Some people are afraid of spiders (yes, that would be me); some are afraid of the dark; and, as a child, Tim was afraid of balloons. Yes, those little, round brightly colored, celebratory symbols of joy and happiness - he was terrified of them. Dan and I never could figure out where the fear came from; we couldn't recall any balloon-related trauma that happened when he was a baby.
If you've never had a child afraid of balloons, you might not realize how prevalent they are in society. By four years old, Tim had pretty well identified the places of business that he didn't want to enter -- Fred Meyer, the bank, the Hallmark store, certain restaurants, to name a few -- knowing that he'd have to pass by a bouquet of balloons at the check-out counter, or that some unsuspecting soul would try to hand him a balloon on a string. And by then I had given up trying to convince him to go to birthday parties.
On Tim's very first day of school, Mrs. C, his teacher, called me at home (we knew each other well, since I was a regular volunteer at the school). "After recess Tim sat down in the hall, outside the classroom door, and he refuses to come back into the room. I can tell he's upset, but he won't tell me what's wrong!" This was not typical behavior for our sweet-natured, easy-going little son, so I had a pretty good idea of what must be happening. "Are there any balloons in the room?" I asked. Mrs. C, always looking for fresh and creative teaching methods, had mounted a number line above the chalk board, the numbers representing the days in the month of September. Over each of the numbers was tacked a balloon. Each morning she planned to pop one balloon so the children could see what day of the month was hiding beneath it. And that morning, the first day of school, she had popped her first balloon.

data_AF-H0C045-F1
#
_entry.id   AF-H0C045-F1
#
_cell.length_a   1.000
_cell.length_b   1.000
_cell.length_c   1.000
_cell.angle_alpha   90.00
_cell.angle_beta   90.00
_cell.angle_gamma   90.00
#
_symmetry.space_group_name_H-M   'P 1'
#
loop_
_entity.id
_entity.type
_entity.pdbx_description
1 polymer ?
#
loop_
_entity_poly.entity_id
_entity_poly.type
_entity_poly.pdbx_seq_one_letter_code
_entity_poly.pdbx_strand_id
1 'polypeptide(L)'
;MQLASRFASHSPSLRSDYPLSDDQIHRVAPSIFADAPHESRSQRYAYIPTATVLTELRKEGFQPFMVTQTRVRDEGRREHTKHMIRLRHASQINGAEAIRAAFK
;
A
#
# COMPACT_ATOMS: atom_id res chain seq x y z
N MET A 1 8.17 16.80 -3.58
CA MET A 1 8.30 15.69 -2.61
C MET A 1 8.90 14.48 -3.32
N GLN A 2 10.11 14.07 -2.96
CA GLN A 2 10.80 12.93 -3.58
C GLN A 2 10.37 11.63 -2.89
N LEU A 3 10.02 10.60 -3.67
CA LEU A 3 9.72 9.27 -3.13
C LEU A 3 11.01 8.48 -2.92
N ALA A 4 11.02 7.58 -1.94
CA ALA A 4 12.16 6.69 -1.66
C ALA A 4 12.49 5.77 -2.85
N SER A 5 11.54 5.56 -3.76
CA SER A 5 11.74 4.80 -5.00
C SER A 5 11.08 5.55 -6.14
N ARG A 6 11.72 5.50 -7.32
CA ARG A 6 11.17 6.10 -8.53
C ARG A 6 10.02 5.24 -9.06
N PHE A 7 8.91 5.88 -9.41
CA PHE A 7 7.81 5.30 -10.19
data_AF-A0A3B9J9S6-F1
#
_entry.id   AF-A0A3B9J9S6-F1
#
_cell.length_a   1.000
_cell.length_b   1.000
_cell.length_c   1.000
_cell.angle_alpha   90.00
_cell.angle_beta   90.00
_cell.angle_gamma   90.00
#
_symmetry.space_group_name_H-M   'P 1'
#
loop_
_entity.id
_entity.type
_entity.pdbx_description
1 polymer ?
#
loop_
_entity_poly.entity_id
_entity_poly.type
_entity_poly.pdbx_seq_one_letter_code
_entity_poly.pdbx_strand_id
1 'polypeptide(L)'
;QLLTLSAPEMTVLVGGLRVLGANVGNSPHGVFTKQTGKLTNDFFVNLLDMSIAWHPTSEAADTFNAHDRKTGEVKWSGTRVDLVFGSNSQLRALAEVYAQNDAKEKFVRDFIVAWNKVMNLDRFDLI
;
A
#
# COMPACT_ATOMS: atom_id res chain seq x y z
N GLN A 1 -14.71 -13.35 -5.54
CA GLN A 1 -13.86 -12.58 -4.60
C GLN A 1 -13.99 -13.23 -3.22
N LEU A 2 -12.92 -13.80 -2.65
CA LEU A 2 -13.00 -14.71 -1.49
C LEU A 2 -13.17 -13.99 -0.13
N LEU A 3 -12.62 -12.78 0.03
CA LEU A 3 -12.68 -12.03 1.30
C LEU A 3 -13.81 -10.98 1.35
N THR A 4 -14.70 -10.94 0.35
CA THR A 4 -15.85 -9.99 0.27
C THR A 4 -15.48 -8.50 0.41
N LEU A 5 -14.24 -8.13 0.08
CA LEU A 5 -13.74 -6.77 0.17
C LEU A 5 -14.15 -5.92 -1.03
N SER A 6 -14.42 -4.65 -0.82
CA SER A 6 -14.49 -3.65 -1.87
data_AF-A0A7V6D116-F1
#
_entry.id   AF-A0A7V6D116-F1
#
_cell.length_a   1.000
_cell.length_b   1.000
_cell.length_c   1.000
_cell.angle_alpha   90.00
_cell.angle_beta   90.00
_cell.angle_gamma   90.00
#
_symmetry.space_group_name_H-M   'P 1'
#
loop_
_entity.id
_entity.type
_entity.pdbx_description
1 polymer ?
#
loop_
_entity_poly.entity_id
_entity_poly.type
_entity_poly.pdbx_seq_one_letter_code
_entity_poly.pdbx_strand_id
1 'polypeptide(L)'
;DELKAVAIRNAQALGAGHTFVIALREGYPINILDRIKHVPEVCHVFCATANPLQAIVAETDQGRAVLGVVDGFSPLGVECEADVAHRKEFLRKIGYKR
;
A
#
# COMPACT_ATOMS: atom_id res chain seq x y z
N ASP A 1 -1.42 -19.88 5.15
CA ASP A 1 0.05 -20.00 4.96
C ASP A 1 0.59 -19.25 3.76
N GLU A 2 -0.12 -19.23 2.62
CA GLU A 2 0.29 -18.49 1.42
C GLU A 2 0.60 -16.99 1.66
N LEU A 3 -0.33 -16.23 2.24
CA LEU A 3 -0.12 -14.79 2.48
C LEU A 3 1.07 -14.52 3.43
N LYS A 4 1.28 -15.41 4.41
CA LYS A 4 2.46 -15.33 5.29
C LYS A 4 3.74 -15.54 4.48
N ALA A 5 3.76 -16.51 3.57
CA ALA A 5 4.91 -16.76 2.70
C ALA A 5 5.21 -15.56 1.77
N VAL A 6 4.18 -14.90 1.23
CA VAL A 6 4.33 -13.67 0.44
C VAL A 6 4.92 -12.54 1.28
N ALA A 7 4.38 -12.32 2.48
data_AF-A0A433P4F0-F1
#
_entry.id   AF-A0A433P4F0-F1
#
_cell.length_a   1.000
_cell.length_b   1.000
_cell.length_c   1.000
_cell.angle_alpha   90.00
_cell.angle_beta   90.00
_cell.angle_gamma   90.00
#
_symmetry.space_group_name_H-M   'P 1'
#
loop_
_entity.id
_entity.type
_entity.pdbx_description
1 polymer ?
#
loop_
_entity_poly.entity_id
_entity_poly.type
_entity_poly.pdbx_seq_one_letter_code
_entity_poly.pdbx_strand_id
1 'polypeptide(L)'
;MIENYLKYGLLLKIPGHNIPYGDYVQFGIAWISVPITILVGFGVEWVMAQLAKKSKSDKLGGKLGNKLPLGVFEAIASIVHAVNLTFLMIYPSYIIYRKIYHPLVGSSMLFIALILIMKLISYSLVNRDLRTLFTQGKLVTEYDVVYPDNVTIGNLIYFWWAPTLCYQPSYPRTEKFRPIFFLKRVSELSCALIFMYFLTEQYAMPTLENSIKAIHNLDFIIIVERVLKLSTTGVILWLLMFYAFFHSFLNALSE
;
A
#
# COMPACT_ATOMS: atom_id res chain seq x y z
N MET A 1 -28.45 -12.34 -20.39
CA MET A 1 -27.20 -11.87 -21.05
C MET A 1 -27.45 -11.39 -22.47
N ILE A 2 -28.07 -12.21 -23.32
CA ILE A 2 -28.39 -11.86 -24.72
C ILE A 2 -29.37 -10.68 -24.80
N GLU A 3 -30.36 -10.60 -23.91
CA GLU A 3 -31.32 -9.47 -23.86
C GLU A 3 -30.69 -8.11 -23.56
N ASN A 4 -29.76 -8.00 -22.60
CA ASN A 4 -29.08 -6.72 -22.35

Mrs. C. and I talked, and we agreed that it might be helpful if the school counselor, Miss. B., could chat with him, and, perhaps, help him over his fear of balloons. So Tim started making a weekly visit to Miss B's office. It was a pleasant time for both of them. Miss B called me at home to tell me that she looked forward to her time with Tim each week, because he was such a lovable child. They did a lot of talking. Her plan was to work up, in baby steps, from blowing soap bubbles (no problem there), drawing pictures of balloons (a little resistance), holding uninflated balloons (didn't much like that), and all the way to fully inflated balloons (never got that far).
One morning I received another phone call from the counselor, Miss B. She said she had to share with me what she thought was the funniest story. She explained that Tim came to see her that morning, for his regular visit, and sat down in the big easy chair she had there in her lamp-lit office. Before she had a chance, Tim initiated the conversation. "Miss B," he said, "Why don't you use that light on the ceiling?" Miss B told him that she really preferred a softer light than the ceiling light. "Oh," said Tim, very thoughtfully, "Are you afraid of bright lights?" It was at that moment that Miss B realized she was being psychoanalyzed by a six-year-old.
I don't know if Miss B's sessions had any effect on Tim's phobia. He eventually was able to tolerate the sight of balloons, but he never made friends with them. Interestingly, he never had the same reacation to Mylar balloons, so we feel it definitely had to do with the loud noise associated with a popping latex balloon.